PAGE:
The pharmaceutical company will pay $2,000,000 to end the suit alleging it breached its fiduciary duty under the Employee Retirement Income Security Act (ERISA) by offering inflated company stock in three employee retirement plans.
The plaintiffs, Carlos M. Herrera and other plan participants, said the company should have known the stock was not a prudent investment and acted imprudently by not preventing further investment. While investors expected Wyeth to come to market with a drug called Pristiq, the plaintiffs alleged the company knew of clinical studies that called Pristiq’s effectiveness into question.
Wyeth’s stock tumbled after the company announced that the Food and Drug Administration had designated Pristiq as “approvable” for treatment of vasomotor symptoms – an intermediate step between the agency’s final approval and a rejection. On hearing the news, investors sent the company’s stock price down 10%, from $56 per share to $50, and it kept falling during the class period, to a low of $38.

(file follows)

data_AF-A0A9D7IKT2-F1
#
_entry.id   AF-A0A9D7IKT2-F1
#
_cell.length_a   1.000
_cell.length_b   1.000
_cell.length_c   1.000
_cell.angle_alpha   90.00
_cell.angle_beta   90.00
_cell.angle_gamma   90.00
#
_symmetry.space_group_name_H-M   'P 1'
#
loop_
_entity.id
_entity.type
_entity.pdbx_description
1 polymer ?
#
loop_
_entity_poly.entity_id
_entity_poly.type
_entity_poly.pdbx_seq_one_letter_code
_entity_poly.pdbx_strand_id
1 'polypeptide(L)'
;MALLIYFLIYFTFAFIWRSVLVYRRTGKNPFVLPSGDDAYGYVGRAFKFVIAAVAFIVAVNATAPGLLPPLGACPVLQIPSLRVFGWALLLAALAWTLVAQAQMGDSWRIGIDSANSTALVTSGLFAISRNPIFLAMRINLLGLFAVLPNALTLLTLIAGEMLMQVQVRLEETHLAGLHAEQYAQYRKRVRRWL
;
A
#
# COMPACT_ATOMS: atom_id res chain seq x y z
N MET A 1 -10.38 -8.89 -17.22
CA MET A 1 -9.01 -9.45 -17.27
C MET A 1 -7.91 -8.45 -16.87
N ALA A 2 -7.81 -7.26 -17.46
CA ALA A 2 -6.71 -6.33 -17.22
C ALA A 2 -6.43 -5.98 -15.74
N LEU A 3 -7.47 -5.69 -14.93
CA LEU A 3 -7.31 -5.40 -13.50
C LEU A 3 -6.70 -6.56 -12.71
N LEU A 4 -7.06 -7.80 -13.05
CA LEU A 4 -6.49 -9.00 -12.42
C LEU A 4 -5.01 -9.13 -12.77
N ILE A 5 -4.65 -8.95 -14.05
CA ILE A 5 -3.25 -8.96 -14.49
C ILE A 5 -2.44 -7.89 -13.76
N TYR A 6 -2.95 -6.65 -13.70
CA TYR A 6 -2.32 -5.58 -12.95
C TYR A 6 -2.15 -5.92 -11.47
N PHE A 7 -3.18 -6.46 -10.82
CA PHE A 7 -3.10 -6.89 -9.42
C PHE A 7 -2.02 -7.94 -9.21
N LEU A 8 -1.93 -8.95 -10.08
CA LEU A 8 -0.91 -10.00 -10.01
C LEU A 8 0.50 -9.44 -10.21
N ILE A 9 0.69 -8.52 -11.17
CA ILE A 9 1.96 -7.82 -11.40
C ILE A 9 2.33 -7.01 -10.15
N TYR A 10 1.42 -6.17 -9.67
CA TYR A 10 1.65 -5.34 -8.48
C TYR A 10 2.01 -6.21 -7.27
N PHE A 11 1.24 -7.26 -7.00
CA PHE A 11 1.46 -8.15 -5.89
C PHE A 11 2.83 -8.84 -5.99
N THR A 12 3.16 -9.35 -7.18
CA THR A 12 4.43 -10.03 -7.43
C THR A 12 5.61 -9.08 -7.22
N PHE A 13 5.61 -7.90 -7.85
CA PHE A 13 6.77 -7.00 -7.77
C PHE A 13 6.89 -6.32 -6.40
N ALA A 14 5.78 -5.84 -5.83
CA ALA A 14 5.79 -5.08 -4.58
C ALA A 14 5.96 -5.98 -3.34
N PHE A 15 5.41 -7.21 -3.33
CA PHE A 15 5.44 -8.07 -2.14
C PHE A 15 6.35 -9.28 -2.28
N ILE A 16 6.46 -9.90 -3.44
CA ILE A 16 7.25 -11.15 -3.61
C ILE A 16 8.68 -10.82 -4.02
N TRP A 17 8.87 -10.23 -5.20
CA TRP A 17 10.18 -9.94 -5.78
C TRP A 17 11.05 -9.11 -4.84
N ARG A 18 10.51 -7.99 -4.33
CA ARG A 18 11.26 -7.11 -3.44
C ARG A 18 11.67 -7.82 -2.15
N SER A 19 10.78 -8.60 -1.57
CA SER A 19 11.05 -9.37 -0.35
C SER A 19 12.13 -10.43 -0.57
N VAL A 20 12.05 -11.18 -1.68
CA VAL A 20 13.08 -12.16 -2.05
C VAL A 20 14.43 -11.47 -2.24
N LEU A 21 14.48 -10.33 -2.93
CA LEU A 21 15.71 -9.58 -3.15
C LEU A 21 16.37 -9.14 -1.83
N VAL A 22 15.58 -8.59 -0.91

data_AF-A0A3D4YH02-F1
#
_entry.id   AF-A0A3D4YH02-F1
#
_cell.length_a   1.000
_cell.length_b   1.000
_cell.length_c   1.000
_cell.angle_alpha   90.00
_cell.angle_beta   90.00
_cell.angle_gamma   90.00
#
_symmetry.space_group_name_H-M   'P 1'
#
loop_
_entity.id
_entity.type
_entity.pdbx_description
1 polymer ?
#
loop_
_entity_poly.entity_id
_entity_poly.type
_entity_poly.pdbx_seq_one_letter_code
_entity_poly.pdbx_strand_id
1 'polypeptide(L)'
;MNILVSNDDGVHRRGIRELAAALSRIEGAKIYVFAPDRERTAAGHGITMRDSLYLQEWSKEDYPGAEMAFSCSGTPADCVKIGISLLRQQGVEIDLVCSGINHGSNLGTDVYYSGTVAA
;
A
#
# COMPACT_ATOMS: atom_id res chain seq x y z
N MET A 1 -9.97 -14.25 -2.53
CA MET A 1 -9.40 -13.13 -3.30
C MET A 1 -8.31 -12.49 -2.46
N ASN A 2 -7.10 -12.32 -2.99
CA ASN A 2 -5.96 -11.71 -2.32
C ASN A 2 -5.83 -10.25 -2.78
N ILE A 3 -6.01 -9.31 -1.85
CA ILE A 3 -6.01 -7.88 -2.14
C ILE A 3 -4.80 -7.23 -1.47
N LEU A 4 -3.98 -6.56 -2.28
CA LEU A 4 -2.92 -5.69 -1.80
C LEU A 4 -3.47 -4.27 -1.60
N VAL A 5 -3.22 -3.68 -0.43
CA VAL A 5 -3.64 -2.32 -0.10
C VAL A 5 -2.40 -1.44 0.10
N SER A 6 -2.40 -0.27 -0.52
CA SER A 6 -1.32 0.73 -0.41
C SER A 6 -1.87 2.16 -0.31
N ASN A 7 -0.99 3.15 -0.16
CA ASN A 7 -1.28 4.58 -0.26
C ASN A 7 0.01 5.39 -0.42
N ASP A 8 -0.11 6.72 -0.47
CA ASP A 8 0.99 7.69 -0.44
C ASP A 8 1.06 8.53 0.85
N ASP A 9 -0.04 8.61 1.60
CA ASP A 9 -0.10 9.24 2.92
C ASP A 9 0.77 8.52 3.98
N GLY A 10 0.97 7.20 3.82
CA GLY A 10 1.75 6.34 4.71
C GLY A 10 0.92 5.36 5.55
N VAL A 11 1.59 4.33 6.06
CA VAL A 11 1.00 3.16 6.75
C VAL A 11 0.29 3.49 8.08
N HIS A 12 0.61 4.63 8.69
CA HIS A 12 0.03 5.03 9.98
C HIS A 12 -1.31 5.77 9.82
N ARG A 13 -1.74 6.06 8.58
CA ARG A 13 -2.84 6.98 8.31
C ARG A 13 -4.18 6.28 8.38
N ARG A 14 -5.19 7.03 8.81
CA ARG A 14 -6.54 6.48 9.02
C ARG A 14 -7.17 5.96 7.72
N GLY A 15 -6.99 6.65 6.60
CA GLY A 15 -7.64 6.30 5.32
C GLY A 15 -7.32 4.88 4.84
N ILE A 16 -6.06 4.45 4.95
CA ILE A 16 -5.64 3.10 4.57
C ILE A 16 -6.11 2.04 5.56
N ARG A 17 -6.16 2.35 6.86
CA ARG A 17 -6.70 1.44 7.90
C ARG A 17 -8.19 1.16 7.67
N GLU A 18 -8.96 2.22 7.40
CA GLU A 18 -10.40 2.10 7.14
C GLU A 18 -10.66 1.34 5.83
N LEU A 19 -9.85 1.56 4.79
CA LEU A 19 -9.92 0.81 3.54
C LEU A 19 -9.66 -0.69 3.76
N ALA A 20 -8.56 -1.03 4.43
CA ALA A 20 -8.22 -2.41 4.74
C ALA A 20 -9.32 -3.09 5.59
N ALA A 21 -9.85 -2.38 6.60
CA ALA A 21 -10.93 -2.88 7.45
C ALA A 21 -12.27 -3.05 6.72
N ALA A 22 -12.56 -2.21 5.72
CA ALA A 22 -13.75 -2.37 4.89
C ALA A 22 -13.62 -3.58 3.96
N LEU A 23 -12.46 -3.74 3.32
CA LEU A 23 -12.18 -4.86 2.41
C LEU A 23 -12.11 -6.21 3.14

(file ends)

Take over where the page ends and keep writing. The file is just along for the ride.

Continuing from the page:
A federal judge had tossed out the lawsuit in April 2010, but the plaintiffs appealed. (See “Wyeth Walks Off with Stock Drop Win.”)
The proposed settlement, given preliminary approval by the court January 3, is here.